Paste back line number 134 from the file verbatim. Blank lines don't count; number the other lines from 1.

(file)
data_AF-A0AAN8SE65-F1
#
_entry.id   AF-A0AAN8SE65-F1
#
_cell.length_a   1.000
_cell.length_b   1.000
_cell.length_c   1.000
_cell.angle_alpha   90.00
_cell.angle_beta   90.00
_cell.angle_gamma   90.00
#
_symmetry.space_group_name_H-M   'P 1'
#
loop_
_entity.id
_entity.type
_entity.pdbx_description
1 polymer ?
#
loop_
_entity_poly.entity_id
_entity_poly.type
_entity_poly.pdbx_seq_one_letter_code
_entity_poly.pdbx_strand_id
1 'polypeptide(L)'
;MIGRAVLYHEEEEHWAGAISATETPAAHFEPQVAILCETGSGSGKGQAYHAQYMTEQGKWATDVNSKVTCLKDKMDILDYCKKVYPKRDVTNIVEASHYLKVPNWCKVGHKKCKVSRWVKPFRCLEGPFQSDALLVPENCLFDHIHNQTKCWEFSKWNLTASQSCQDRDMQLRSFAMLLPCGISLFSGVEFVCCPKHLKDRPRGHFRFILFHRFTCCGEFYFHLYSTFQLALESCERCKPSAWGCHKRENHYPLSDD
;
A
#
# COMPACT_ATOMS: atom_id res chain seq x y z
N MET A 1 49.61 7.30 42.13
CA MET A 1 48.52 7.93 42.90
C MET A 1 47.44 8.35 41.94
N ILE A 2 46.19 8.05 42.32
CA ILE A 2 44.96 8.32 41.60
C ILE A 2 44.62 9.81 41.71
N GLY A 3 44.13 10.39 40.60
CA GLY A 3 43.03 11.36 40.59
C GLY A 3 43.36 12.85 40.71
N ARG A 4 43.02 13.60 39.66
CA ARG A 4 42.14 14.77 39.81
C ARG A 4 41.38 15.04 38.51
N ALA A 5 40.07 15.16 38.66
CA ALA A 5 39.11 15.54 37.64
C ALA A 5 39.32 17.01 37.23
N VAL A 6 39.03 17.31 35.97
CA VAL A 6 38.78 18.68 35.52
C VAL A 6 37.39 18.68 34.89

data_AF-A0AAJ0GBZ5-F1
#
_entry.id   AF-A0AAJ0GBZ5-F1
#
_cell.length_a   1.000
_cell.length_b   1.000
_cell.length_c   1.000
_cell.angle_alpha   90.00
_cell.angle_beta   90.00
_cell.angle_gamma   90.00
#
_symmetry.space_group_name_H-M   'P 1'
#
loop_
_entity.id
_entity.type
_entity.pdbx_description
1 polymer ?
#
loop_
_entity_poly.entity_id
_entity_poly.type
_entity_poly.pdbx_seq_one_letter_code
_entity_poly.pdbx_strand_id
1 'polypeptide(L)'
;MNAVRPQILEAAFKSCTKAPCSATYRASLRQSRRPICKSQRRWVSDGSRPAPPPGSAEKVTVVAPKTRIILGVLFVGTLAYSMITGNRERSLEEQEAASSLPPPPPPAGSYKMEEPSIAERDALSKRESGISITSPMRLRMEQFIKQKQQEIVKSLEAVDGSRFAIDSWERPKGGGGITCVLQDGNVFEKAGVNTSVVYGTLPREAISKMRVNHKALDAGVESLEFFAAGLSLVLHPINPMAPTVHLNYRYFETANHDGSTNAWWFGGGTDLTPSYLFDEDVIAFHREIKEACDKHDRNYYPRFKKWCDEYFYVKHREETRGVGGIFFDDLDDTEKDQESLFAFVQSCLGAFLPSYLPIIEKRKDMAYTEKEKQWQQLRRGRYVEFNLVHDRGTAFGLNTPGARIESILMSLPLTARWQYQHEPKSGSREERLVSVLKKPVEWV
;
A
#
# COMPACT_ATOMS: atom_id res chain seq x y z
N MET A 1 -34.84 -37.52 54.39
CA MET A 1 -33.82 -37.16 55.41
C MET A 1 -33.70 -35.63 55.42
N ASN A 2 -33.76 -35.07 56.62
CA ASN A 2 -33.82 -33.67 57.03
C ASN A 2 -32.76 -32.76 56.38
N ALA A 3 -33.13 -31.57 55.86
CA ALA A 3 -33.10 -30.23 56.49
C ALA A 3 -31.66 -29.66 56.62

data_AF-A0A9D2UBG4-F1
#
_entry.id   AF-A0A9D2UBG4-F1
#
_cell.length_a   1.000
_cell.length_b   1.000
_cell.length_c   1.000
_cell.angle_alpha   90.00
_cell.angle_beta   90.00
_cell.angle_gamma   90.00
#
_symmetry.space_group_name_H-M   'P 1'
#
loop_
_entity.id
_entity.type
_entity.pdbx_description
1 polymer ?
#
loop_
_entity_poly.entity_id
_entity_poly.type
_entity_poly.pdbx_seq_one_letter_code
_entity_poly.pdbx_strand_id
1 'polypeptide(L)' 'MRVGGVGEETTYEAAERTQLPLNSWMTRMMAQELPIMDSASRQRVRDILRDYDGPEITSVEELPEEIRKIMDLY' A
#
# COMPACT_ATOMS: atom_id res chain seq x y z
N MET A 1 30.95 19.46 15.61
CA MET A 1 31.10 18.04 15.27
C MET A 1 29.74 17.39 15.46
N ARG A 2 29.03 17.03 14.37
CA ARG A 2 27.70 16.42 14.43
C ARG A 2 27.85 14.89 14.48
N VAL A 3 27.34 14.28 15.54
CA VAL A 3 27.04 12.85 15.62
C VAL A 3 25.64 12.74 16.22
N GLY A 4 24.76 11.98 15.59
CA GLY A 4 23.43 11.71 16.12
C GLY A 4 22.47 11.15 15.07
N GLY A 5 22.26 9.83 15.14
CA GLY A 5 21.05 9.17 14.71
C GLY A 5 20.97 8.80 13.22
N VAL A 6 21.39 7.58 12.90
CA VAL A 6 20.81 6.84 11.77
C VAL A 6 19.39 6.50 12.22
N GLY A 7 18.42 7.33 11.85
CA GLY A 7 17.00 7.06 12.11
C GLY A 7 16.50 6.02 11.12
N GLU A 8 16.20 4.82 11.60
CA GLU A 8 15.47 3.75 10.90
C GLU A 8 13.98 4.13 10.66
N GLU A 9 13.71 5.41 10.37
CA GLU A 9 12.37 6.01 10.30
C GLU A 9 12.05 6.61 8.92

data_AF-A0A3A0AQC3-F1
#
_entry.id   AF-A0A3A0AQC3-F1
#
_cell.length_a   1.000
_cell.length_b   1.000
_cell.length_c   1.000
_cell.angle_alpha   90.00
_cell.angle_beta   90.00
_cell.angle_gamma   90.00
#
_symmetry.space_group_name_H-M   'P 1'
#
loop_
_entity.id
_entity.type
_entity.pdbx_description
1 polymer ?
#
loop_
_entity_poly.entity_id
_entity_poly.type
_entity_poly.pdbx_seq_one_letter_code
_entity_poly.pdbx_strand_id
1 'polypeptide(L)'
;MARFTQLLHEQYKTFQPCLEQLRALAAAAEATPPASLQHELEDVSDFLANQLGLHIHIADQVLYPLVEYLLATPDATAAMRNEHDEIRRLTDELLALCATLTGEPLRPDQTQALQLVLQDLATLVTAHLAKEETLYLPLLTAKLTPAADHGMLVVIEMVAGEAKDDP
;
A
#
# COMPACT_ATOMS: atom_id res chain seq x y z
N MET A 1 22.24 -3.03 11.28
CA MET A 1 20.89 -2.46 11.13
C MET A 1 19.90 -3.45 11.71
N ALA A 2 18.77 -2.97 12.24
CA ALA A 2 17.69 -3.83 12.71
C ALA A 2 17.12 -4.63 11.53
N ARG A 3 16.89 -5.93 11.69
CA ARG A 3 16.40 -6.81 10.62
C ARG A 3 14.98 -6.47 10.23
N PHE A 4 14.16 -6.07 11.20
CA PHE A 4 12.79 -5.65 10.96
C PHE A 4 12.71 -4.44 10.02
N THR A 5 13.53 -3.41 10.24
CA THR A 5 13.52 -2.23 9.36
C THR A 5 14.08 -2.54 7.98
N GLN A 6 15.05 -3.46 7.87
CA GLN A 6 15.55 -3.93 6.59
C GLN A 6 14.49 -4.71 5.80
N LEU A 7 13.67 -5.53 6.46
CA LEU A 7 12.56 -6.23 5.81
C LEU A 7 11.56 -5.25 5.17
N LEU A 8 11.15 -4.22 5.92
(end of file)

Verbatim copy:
CA GLY A 7 17.00 7.06 12.11